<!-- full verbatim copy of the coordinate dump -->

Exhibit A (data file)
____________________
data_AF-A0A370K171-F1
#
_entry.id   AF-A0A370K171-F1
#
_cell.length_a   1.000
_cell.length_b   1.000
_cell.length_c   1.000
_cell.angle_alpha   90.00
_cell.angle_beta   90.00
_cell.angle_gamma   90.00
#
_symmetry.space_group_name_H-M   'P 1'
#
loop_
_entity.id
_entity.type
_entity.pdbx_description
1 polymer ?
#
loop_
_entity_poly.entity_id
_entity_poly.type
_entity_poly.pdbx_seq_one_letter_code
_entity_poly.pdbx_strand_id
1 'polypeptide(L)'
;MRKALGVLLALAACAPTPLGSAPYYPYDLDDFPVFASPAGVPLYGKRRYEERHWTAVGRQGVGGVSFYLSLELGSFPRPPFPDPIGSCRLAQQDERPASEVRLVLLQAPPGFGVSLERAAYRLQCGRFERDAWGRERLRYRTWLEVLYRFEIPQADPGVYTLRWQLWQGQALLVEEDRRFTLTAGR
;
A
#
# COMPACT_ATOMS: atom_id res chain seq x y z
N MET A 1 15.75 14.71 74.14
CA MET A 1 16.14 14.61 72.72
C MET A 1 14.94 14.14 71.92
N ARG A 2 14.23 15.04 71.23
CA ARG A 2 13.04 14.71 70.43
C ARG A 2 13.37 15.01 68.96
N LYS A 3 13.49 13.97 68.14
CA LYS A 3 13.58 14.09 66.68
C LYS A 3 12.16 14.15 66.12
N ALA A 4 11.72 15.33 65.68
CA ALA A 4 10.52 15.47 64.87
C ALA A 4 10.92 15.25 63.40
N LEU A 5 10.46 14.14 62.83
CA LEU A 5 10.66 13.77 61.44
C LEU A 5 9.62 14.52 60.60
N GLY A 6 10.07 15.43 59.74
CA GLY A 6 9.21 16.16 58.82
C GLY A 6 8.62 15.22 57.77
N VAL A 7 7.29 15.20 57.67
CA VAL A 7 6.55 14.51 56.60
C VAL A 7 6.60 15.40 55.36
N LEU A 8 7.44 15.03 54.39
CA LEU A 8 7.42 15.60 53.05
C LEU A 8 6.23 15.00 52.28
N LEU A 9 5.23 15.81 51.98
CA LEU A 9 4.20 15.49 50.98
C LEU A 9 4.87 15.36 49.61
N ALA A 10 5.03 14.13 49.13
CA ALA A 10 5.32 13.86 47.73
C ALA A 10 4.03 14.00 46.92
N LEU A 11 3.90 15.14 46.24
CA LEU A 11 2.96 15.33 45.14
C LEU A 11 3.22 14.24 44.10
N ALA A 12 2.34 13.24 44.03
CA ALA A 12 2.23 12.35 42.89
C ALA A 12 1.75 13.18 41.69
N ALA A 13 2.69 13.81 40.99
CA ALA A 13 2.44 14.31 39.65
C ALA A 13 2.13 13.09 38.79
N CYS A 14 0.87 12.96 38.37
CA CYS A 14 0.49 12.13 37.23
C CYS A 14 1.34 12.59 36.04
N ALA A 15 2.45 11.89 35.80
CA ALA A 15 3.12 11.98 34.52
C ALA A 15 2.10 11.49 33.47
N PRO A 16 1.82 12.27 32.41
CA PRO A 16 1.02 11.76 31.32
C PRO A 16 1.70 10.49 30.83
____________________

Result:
data_AF-A0A370K171-F1
#
_entry.id   AF-A0A370K171-F1
#
_cell.length_a   1.000
_cell.length_b   1.000
_cell.length_c   1.000
_cell.angle_alpha   90.00
_cell.angle_beta   90.00
_cell.angle_gamma   90.00
#
_symmetry.space_group_name_H-M   'P 1'
#
loop_
_entity.id
_entity.type
_entity.pdbx_description
1 polymer ?
#
loop_
_entity_poly.entity_id
_entity_poly.type
_entity_poly.pdbx_seq_one_letter_code
_entity_poly.pdbx_strand_id
1 'polypeptide(L)'
;MRKALGVLLALAACAPTPLGSAPYYPYDLDDFPVFASPAGVPLYGKRRYEERHWTAVGRQGVGGVSFYLSLELGSFPRPPFPDPIGSCRLAQQDERPASEVRLVLLQAPPGFGVSLERAAYRLQCGRFERDAWGRERLRYRTWLEVLYRFEIPQADPGVYTLRWQLWQGQALLVEEDRRFTLTAGR
;
A
#
# COMPACT_ATOMS: atom_id res chain seq x y z
N MET A 1 15.75 14.71 74.14
CA MET A 1 16.14 14.61 72.72
C MET A 1 14.94 14.14 71.92
N ARG A 2 14.23 15.04 71.23
CA ARG A 2 13.04 14.71 70.43
C ARG A 2 13.37 15.01 68.96
N LYS A 3 13.49 13.97 68.14
CA LYS A 3 13.58 14.09 66.68
C LYS A 3 12.16 14.15 66.12
N ALA A 4 11.72 15.33 65.68
CA ALA A 4 10.52 15.47 64.87
C ALA A 4 10.92 15.25 63.40
N LEU A 5 10.46 14.14 62.83
CA LEU A 5 10.66 13.77 61.44
C LEU A 5 9.62 14.52 60.60
N GLY A 6 10.07 15.43 59.74
CA GLY A 6 9.21 16.16 58.82
C GLY A 6 8.62 15.22 57.77
N VAL A 7 7.29 15.20 57.67
CA VAL A 7 6.55 14.51 56.60
C VAL A 7 6.60 15.40 55.36
N LEU A 8 7.44 15.03 54.39
CA LEU A 8 7.42 15.60 53.05
C LEU A 8 6.23 15.00 52.28
N LEU A 9 5.23 15.81 51.98
CA LEU A 9 4.20 15.49 50.98
C LEU A 9 4.87 15.36 49.61
N ALA A 10 5.03 14.13 49.13
CA ALA A 10 5.32 13.86 47.73
C ALA A 10 4.03 14.00 46.92
N LEU A 11 3.90 15.14 46.24
CA LEU A 11 2.96 15.33 45.14
C LEU A 11 3.22 14.24 44.10
N ALA A 12 2.34 13.24 44.03
CA ALA A 12 2.23 12.35 42.89
C ALA A 12 1.75 13.18 41.69
N ALA A 13 2.69 13.81 40.99
CA ALA A 13 2.44 14.31 39.65
C ALA A 13 2.13 13.09 38.79
N CYS A 14 0.87 12.96 38.37
CA CYS A 14 0.49 12.13 37.23
C CYS A 14 1.34 12.59 36.04
N ALA A 15 2.45 11.89 35.80
CA ALA A 15 3.12 11.98 34.52
C ALA A 15 2.10 11.49 33.47
N PRO A 16 1.82 12.27 32.41
CA PRO A 16 1.02 11.76 31.32
C PRO A 16 1.70 10.49 30.83